MENANN-KOUAME: There are currently 27 financial institutions in the country, as well as two leasing specialists. Currently, the minimum capital requirement for banks in the UEMOA zone is CFA10bn (€15m). Banks that do not currently meet this requirement have until mid-2017 to comply. However, for banks that are not be able to meet this requirement, the BCEAO will take the necessary measures. Taking a closer look at the minimum capital requirement, it is a relatively low figure to ensure a significant presence of banks in the country. Indeed, comparing UEMOA’s regulations to countries like Ghana or Nigeria, the capital requirement here in Côte d’Ivoire is relatively low. Hopefully the authorities will manage to increase it eventually through the implementation of Basel II and III requirements.
Banks have ratios to respect, among which is the “single lending limit”. This is basically the aggregate maximum amount that a bank can lend to a single given borrower. The single lending limit is linked to a bank’s equity and therefore varies depending on the bank. Basically, if the capital is significant, then banks can lend more money.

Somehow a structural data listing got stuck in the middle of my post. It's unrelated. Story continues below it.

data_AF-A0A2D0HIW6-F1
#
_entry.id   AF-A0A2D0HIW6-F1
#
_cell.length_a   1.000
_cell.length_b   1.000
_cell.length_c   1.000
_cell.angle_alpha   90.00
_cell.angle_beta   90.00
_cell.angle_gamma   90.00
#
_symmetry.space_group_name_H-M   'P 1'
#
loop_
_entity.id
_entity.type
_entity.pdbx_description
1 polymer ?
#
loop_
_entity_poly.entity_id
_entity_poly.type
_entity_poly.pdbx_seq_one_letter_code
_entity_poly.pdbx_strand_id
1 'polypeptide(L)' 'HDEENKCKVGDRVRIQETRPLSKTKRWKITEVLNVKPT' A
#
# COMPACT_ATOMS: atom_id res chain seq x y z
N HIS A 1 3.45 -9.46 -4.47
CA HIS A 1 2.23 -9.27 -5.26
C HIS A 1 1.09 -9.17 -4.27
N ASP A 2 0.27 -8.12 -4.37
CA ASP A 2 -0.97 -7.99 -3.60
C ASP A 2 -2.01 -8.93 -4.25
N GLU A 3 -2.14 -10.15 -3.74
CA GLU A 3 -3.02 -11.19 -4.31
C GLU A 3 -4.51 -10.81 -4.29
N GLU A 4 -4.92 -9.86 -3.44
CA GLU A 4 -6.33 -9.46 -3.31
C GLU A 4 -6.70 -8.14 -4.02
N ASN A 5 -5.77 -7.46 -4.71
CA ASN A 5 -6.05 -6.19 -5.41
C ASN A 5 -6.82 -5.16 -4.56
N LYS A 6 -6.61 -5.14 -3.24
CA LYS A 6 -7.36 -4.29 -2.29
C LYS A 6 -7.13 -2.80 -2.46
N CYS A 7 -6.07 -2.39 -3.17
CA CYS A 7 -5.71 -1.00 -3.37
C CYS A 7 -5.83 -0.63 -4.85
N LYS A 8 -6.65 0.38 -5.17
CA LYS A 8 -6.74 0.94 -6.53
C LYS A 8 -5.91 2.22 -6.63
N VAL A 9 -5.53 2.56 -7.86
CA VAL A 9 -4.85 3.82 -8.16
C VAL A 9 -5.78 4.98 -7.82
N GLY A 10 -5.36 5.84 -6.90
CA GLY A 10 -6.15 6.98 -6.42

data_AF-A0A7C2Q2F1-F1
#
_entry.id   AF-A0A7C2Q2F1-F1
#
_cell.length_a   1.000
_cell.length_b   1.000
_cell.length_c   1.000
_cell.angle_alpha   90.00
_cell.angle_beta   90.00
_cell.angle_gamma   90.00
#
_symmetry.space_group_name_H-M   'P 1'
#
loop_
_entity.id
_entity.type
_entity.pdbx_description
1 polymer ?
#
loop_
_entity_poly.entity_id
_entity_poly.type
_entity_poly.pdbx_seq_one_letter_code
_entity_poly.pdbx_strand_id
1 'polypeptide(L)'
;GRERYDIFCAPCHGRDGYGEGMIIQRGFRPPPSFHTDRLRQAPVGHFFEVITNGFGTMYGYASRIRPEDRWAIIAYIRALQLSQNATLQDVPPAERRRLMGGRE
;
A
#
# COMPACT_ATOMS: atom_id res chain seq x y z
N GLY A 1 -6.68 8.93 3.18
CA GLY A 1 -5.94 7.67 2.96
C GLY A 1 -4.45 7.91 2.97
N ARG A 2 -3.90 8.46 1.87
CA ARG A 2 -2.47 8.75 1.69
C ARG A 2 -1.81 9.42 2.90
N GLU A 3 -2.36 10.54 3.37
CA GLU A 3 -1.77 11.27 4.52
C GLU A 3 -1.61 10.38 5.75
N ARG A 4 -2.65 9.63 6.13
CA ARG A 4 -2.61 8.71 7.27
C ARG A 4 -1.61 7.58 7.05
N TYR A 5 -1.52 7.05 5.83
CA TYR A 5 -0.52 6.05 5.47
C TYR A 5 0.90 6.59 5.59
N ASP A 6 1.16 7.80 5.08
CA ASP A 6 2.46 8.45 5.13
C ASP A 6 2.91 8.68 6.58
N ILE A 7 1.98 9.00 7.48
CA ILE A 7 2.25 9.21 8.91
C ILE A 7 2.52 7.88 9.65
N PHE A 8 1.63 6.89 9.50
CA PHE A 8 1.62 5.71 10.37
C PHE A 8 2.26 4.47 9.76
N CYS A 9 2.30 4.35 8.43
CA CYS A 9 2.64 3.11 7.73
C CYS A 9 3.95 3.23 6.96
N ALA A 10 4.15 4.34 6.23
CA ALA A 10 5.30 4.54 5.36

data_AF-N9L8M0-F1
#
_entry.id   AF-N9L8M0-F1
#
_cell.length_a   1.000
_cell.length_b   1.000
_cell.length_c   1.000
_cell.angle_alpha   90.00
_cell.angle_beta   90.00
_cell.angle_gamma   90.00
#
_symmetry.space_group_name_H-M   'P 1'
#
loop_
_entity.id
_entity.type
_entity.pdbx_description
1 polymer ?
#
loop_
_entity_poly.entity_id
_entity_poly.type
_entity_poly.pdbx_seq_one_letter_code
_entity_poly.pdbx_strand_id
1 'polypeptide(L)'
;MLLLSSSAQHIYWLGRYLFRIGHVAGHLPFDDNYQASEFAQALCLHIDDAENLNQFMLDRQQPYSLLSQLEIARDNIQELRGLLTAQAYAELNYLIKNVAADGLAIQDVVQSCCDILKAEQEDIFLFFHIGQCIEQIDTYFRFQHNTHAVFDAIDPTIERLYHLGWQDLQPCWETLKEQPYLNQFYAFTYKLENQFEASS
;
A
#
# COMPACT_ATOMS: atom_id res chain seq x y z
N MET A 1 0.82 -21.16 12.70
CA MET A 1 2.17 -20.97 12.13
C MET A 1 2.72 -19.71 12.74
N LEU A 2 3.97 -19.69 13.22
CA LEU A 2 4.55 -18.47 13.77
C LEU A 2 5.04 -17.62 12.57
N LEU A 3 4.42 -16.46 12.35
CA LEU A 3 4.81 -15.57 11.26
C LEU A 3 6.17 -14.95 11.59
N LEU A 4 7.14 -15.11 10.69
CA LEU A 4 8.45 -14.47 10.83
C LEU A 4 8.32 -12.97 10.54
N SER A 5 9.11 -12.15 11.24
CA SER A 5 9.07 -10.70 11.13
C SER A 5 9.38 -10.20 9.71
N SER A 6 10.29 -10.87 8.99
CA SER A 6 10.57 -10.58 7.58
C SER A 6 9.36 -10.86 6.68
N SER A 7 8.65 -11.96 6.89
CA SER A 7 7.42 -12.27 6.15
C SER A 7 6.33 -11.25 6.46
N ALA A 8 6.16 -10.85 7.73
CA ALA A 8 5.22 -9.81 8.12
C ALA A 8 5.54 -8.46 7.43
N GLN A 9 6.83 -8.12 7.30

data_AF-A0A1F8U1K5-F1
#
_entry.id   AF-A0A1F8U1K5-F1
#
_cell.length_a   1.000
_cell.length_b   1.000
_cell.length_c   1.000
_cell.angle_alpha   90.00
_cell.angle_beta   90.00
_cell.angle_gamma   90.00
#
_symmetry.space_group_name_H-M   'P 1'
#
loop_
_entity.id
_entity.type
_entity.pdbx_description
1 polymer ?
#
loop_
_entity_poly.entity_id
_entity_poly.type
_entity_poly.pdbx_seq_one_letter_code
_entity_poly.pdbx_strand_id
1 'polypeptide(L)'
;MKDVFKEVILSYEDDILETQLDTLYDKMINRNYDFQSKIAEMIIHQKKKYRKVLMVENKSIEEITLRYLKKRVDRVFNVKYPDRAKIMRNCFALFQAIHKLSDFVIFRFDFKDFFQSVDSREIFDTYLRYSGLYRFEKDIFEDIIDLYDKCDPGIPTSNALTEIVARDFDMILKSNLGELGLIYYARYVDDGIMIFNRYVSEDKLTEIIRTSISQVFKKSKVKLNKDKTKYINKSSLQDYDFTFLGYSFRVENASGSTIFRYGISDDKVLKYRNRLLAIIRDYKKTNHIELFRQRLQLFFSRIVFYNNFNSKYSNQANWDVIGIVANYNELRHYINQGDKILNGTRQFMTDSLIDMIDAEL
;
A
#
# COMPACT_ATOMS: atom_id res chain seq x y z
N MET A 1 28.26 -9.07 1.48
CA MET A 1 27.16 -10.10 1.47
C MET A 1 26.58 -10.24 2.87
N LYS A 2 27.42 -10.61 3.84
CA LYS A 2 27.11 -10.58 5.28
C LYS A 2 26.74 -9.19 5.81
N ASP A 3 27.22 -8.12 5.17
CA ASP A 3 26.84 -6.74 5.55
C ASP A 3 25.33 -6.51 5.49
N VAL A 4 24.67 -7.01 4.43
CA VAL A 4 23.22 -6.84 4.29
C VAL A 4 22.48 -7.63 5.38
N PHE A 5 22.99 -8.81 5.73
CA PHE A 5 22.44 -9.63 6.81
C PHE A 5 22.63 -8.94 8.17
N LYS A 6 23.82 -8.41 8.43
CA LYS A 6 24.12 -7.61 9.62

COULIBALY: Current regulations are being tailored to engender a more concentrated banking sector. It is better to have a few large and financially stable banks that can also finance important projects, such as power plants. I am sure the mix of banks will change, as we are slowly implementing the Basel II and III regulatory frameworks, which call for a higher capital requirement level.
Therefore, smaller banks will need to ask their shareholders to invest more money, or we will witness some mergers and acquisitions being conducted by larger banks. As of 2017, we will begin applying the Basel II requirements, but with a transitional period of five years – with the goal of implementing Basel II fully thereafter. In terms of capital requirement, we are currently at CFA10bn (€15m), which is the first step.
DABOIKO: The market remains very concentrated. The top five banks represent at least 75% of the total market share. I would like to see the sort of change that took place in Nigeria a few years ago. At the time, there were something like 100 banks in the market there, but the central bank increased the capital requirement and consequently the smallest banks disappeared. We are slowly replicating this here. As my peers have mentioned above, the central bank is increasing the capital requirement level, but in my opinion it should be even more aggressive.
You have reached the limit of premium articles you can view for free.
Choose from the options below to purchase print or digital editions of our Reports. You can also purchase a website subscription giving you unlimited access to all of our Reports online for 12 months.
If you have already purchased this Report or have a website subscription, please login to continue.